Call to speed up new begging law

 

A CALL to speed up the introduction of measures to arrest people who beg in the streets has been issued by the Lord Mayor of Dublin.

Fine Gael councillor Gerry Breen made his call after the inaugural meeting of Dublin’s city centre local policing forum, which includes representatives of the Garda, the city council and business and tourism interests in the capital.

He said measures in the Criminal Justice (Public Order) Bill 2010, which is before the Oireachtas, contained anti-begging provisions that should not be delayed by political opposition.

The provisions would make it an offence to beg within 10m of a business premises and the Lord Mayor said this “cannot come into law quickly enough”.

“Only when the new law comes into force can gardaí arrest people who are begging right outside the front door of city centre businesses and make them stop.”

Mr Breen said yesterday that begging in Dublin was now “organised and on a commercial level”.

Begging had become a number one issue for residents and visitors to the city and the new law would “bring an end to complaints by people who are put off having to pass by beggars when they want to go into a shop or walk on the city centre streets on their way to and from doing business in the city.”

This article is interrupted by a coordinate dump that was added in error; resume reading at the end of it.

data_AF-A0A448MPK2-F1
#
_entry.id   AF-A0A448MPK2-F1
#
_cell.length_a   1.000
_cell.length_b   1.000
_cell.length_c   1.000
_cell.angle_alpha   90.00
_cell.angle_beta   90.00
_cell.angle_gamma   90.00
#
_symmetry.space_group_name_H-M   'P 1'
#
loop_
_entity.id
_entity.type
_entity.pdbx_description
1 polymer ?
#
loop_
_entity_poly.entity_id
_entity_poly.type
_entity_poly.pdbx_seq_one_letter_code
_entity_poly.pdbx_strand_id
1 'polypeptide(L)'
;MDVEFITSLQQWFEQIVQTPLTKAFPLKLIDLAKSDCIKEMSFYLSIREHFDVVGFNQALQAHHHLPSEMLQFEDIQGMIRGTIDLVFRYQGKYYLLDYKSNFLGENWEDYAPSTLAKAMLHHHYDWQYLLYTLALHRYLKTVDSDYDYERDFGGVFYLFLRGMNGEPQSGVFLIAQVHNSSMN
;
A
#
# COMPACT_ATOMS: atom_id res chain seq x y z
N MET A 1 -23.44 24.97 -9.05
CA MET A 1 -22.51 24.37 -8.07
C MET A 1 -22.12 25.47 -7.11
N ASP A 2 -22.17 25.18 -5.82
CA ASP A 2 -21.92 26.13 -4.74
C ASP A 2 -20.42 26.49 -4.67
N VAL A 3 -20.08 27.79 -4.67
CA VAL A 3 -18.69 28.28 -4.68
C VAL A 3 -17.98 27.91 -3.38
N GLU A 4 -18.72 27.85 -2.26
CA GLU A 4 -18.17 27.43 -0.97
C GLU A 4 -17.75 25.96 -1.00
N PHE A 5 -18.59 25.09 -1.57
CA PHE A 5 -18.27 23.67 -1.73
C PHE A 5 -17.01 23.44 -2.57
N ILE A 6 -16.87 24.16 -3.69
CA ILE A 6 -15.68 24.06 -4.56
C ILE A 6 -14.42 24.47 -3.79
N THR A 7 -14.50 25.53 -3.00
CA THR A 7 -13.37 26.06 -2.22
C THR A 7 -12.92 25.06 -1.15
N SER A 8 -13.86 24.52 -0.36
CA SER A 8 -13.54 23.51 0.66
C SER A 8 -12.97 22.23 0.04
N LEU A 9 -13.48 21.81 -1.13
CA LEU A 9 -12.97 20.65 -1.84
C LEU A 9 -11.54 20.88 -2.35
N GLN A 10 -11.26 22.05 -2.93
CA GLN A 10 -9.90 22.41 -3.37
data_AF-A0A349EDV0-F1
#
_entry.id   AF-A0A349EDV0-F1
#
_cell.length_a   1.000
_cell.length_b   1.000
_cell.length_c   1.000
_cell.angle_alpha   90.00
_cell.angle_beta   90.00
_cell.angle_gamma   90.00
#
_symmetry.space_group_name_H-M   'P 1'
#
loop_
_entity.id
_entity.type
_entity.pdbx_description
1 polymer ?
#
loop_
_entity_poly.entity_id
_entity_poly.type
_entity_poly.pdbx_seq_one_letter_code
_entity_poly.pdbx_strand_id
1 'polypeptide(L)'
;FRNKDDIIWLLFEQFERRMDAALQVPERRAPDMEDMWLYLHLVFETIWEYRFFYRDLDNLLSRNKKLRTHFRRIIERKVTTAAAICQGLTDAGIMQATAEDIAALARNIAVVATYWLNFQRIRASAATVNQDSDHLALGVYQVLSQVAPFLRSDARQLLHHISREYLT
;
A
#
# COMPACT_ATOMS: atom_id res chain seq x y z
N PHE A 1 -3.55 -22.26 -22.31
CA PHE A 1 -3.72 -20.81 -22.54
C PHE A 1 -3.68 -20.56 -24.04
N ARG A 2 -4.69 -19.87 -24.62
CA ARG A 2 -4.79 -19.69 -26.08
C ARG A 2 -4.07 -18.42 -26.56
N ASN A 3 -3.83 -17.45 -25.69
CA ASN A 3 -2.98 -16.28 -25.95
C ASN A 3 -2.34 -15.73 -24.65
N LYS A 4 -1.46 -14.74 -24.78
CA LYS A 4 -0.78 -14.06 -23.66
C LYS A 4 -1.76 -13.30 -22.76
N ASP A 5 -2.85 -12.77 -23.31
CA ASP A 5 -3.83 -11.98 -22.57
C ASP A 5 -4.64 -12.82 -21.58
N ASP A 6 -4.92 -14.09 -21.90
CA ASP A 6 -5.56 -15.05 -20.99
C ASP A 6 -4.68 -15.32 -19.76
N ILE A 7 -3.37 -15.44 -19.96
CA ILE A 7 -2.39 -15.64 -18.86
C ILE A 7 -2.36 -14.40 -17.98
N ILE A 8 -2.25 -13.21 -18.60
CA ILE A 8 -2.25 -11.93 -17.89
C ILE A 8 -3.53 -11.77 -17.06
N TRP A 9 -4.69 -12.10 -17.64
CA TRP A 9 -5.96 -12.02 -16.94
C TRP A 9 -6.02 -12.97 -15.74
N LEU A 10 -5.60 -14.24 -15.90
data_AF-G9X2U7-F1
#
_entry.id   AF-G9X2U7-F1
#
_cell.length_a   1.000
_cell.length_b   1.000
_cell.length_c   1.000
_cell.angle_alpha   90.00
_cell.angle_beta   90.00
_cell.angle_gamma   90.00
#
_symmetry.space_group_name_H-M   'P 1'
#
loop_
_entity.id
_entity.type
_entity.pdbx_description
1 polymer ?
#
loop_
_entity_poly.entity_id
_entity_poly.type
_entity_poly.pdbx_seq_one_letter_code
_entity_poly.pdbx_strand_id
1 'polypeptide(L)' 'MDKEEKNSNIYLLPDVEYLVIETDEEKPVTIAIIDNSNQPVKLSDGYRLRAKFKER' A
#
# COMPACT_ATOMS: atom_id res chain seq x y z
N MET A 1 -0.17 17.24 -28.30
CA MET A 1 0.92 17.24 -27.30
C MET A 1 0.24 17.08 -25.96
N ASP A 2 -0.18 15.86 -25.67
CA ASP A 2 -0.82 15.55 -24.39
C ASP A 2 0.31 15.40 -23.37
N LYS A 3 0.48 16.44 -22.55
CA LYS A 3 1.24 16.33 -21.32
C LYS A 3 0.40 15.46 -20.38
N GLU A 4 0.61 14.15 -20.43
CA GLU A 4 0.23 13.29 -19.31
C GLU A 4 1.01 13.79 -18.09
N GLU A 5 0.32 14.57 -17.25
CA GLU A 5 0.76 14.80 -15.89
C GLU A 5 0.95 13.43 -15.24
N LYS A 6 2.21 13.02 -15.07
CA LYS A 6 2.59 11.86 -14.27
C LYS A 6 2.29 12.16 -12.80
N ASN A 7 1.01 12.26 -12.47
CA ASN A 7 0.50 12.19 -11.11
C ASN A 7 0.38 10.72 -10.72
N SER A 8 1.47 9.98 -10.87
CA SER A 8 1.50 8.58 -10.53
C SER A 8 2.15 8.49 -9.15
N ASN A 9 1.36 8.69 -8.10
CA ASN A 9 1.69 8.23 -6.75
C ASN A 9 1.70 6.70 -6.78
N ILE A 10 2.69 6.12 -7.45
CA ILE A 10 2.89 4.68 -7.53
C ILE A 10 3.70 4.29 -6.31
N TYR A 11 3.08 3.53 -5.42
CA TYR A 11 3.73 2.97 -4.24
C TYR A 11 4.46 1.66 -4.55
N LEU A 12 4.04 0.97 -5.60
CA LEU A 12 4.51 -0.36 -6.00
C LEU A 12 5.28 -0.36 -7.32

Mr Breen said Ireland had “a generous welfare system” and while there was always need, there was no need for begging on the scale that it currently takes place in the capital city.

He pointed to a recent survey which found that 83 per cent of people are bothered by begging outside of premises in the city centre.

About 76 per cent said it lead to “the public perception that the city streets are not safe, even though the reality is that crime in the city centre is down by more than 15 per cent over the last 18 months.”

The policing forum also discussed the Health Service Executive’s drug maintenance scheme which the mayor said had “resulted in the location of the majority of dispensary clinics in the city centre”.

The policing forum will now make recommendations to the Oireachtas Committee on Justice, Equality, Defence and Women’s Rights.